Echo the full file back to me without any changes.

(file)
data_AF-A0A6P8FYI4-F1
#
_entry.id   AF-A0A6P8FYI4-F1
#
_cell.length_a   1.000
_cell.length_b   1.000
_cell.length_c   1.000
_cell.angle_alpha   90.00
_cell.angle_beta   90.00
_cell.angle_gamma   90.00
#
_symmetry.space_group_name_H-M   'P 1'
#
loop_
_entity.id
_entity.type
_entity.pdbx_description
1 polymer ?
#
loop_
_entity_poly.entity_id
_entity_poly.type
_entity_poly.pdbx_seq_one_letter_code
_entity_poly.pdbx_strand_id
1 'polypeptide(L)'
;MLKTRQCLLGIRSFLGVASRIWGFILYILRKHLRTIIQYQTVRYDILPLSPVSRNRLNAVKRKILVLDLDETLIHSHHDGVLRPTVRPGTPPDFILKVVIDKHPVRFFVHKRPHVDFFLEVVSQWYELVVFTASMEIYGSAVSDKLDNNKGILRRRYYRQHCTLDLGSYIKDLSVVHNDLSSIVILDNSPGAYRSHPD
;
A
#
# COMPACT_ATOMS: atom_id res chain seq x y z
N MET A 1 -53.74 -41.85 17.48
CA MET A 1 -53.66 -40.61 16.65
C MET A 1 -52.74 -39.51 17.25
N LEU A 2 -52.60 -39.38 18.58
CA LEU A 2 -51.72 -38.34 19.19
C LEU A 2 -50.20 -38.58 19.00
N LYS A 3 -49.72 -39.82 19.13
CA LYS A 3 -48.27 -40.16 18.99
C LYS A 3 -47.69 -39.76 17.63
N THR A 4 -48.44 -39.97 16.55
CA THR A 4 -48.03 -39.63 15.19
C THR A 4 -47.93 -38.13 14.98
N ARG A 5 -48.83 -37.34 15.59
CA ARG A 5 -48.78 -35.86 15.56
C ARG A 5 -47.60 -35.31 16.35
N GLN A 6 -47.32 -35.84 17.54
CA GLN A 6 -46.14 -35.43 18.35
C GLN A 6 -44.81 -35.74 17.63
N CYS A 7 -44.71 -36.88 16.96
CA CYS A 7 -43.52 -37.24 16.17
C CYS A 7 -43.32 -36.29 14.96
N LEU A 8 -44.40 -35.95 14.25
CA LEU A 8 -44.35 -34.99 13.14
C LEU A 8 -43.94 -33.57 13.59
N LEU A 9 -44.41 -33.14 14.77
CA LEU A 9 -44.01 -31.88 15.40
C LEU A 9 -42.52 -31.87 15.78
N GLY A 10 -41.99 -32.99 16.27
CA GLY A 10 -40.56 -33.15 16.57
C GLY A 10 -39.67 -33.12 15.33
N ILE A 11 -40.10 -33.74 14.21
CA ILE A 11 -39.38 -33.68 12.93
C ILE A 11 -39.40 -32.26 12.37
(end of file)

data_AF-A0A6P8FYI4-F1
#
_entry.id   AF-A0A6P8FYI4-F1
#
_cell.length_a   1.000
_cell.length_b   1.000
_cell.length_c   1.000
_cell.angle_alpha   90.00
_cell.angle_beta   90.00
_cell.angle_gamma   90.00
#
_symmetry.space_group_name_H-M   'P 1'
#
loop_
_entity.id
_entity.type
_entity.pdbx_description
1 polymer ?
#
loop_
_entity_poly.entity_id
_entity_poly.type
_entity_poly.pdbx_seq_one_letter_code
_entity_poly.pdbx_strand_id
1 'polypeptide(L)'
;MLKTRQCLLGIRSFLGVASRIWGFILYILRKHLRTIIQYQTVRYDILPLSPVSRNRLNAVKRKILVLDLDETLIHSHHDGVLRPTVRPGTPPDFILKVVIDKHPVRFFVHKRPHVDFFLEVVSQWYELVVFTASMEIYGSAVSDKLDNNKGILRRRYYRQHCTLDLGSYIKDLSVVHNDLSSIVILDNSPGAYRSHPD
;
A
#
# COMPACT_ATOMS: atom_id res chain seq x y z
N MET A 1 -53.74 -41.85 17.48
CA MET A 1 -53.66 -40.61 16.65
C MET A 1 -52.74 -39.51 17.25
N LEU A 2 -52.60 -39.38 18.58
CA LEU A 2 -51.72 -38.34 19.19
C LEU A 2 -50.20 -38.58 19.00
N LYS A 3 -49.72 -39.82 19.13
CA LYS A 3 -48.27 -40.16 18.99
C LYS A 3 -47.69 -39.76 17.63
N THR A 4 -48.44 -39.97 16.55
CA THR A 4 -48.03 -39.63 15.19
C THR A 4 -47.93 -38.13 14.98
N ARG A 5 -48.83 -37.34 15.59
CA ARG A 5 -48.78 -35.86 15.56
C ARG A 5 -47.60 -35.31 16.35
N GLN A 6 -47.32 -35.84 17.54
CA GLN A 6 -46.14 -35.43 18.35
C GLN A 6 -44.81 -35.74 17.63
N CYS A 7 -44.71 -36.88 16.96
CA CYS A 7 -43.52 -37.24 16.17
C CYS A 7 -43.32 -36.29 14.96
N LEU A 8 -44.40 -35.95 14.25
CA LEU A 8 -44.35 -34.99 13.14
C LEU A 8 -43.94 -33.57 13.59
N LEU A 9 -44.41 -33.14 14.77
CA LEU A 9 -44.01 -31.88 15.40
C LEU A 9 -42.52 -31.87 15.78
N GLY A 10 -41.99 -32.99 16.27
CA GLY A 10 -40.56 -33.15 16.57
C GLY A 10 -39.67 -33.12 15.33
N ILE A 11 -40.10 -33.74 14.21
CA ILE A 11 -39.38 -33.68 12.93
C ILE A 11 -39.40 -32.26 12.37